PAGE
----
Due to vast technological advances, the ability to collect and assess data as social service providers has improved dramatically throughout the late 20th and early 21st centuries. As a result, evidence-based practice models are becoming more widespread.
Furthermore, funders, both private foundations and governmental organizations, are starting to insist more and more on the use of evidence-based practices in social work fields. As a result, it is becoming increasingly important for anyone working in the social services sector to have a solid understanding of evidence-based practice models.
Keep reading to learn more about the types and components of evidence-based practice models and how they can affect your organization’s work.
Before we look at the types of models out there, it is important first to understand what constitutes an evidence-based practice. According to the National Association of Social Workers:
Evidence-based practice (EBP) is a process in which the practitioner combines well-researched interventions with clinical experience, ethics, client preferences, and culture to guide and inform the delivery of treatments and services.
Because our ease of access to information has improved drastically in the past few decades, acquiring evidence is a much simpler process and has undoubtedly prompted the move towards evidence-based approaches. However, evidence-based practice implies more than simply acquiring data. According to the Council on Social Work Education, there are five important steps involved in any evidence-based practice model.
This last step is particularly significant because evidence-based practice models need to continuously improve if they are to be effective. As a result, each new case should be considered additional evidence and analyzed along with the pre-existing data. This kind of perspective helps our social service practices continue to keep pace with a changing world.
While much could be written about evidence-based practice models, we are just going to touch on a few key concepts and models, as well as resources where you can obtain additional information.
Stages of Change: The Stages of Change model involves progress through a series of stages and is designed to evaluate an individual’s readiness to change. Like other evidence-based practice models, it allows for evidence to be considered and taken into account regularly throughout the process. There is an inherent feedback loop that considers the patients’ needs and progress.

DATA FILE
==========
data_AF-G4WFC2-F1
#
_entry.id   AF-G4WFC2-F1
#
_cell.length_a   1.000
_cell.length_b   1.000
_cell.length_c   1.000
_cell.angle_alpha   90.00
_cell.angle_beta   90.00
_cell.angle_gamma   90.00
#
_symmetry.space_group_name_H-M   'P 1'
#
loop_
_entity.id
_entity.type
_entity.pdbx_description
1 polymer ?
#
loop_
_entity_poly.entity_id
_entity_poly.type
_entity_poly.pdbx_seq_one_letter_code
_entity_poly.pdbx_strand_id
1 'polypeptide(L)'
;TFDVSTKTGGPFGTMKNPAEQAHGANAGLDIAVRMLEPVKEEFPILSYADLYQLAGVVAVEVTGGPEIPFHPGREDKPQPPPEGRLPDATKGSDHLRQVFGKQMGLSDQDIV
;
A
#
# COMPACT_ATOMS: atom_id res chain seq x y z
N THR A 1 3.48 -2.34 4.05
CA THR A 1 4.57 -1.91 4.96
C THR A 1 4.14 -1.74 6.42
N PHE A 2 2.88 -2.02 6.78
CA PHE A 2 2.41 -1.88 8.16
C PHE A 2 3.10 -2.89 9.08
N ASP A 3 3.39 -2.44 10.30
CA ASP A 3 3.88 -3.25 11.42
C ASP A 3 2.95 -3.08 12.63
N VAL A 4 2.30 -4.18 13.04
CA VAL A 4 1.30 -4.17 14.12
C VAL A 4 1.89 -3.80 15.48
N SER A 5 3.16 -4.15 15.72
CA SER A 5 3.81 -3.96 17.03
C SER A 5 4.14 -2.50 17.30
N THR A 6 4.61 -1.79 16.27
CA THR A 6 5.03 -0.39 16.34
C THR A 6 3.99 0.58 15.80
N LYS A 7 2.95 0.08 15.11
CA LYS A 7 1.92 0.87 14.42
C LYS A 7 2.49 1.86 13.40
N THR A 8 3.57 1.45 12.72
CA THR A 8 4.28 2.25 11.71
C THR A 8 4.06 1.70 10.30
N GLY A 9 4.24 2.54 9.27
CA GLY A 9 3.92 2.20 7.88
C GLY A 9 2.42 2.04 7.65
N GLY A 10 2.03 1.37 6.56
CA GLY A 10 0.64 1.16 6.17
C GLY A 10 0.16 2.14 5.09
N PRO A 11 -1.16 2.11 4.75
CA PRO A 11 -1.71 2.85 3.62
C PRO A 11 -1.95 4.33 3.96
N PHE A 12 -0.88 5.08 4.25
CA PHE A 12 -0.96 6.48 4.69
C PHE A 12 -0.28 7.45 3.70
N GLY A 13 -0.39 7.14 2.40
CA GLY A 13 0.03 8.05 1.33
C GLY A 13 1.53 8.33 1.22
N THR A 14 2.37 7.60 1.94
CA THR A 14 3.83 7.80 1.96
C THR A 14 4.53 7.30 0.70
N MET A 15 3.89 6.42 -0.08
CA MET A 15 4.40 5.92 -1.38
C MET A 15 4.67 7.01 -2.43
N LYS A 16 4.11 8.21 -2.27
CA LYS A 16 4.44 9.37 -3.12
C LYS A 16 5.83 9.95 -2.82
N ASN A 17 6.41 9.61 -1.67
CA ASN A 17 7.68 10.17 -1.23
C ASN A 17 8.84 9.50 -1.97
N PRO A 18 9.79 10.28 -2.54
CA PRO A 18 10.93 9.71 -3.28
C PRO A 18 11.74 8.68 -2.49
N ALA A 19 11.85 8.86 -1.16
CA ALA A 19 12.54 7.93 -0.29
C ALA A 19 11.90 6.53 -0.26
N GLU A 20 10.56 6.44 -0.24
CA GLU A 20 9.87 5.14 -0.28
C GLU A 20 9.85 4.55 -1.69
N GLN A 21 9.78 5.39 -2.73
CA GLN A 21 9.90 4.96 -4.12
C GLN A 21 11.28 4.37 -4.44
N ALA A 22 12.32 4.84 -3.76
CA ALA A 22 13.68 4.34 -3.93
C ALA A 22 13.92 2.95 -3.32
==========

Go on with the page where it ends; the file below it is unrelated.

Parents as Teachers (PAT): This model is one of the performance models that accompany Social Solutions software. It is designed to meet the needs of those who receive federal Maternal, Infant and Early Childhood Home Visiting (MIECHV) program funding.
Perform Well: PerformWell is a website that helps provide information about performance management to nonprofit professionals. The site includes information on a number of different evidence-based practice models that organizations can avail themselves of.
While not a model, per se, there are also numerous tools available to organizations looking to implement evidence-based practice models. For example, the Annie E. Casey Foundation’s Blueprints for Healthy Youth Development is an interactive website that helps organizations identify and fund scientifically proven programs. Similarly, Issue Lab by Candid has put together a collection of practical information to help you build your evaluation capacity and measure results. These resources can help organizations learn what tools are out there to aid them in measuring outcomes and utilizing evidence.
On a national level, the social sector is just beginning to understand what evidence-based practice models can look like and how they will help organizations and participants succeed. More models are sure to emerge that will offer better standards for implementing evidence-based approaches. Resources like this one from the Promising Practices Network are helping organizations begin to look at how to create evidence-based practice models that meet the highest standards currently set in the industry.
Furthermore, with the widespread use of software like Social Solutions’ Technology, the ability to collect and analyze data will continue to improve drastically, enabling even better outcomes for clients and constituents through the use of evidence-based case management and other evidence-based practices.
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